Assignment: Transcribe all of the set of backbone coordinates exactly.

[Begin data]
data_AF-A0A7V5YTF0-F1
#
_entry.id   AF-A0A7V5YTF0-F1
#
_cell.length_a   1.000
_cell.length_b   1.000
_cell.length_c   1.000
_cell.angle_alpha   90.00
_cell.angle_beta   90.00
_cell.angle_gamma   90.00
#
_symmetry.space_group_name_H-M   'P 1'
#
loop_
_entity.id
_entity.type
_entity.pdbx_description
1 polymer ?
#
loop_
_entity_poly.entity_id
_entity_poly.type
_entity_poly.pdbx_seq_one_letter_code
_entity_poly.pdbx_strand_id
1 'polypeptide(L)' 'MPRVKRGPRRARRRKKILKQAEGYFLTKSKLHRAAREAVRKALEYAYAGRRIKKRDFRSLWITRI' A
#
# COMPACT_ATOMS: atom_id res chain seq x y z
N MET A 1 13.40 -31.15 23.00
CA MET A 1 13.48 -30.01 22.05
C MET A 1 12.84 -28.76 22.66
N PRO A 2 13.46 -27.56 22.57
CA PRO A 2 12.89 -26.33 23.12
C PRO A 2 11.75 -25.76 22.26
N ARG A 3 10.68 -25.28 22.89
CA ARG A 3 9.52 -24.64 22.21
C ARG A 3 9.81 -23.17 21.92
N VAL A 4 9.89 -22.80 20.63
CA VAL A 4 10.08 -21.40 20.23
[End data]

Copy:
data_AF-A0A7V5YTF0-F1
#
_entry.id   AF-A0A7V5YTF0-F1
#
_cell.length_a   1.000
_cell.length_b   1.000
_cell.length_c   1.000
_cell.angle_alpha   90.00
_cell.angle_beta   90.00
_cell.angle_gamma   90.00
#
_symmetry.space_group_name_H-M   'P 1'
#
loop_
_entity.id
_entity.type
_entity.pdbx_description
1 polymer ?
#
loop_
_entity_poly.entity_id
_entity_poly.type
_entity_poly.pdbx_seq_one_letter_code
_entity_poly.pdbx_strand_id
1 'polypeptide(L)' 'MPRVKRGPRRARRRKKILKQAEGYFLTKSKLHRAAREAVRKALEYAYAGRRIKKRDFRSLWITRI' A
#
# COMPACT_ATOMS: atom_id res chain seq x y z
N MET A 1 13.40 -31.15 23.00
CA MET A 1 13.48 -30.01 22.05
C MET A 1 12.84 -28.76 22.66
N PRO A 2 13.46 -27.56 22.57
CA PRO A 2 12.89 -26.33 23.12
C PRO A 2 11.75 -25.76 22.26
N ARG A 3 10.68 -25.28 22.89
CA ARG A 3 9.52 -24.64 22.21
C ARG A 3 9.81 -23.17 21.92
N VAL A 4 9.89 -22.80 20.63
CA VAL A 4 10.08 -21.40 20.23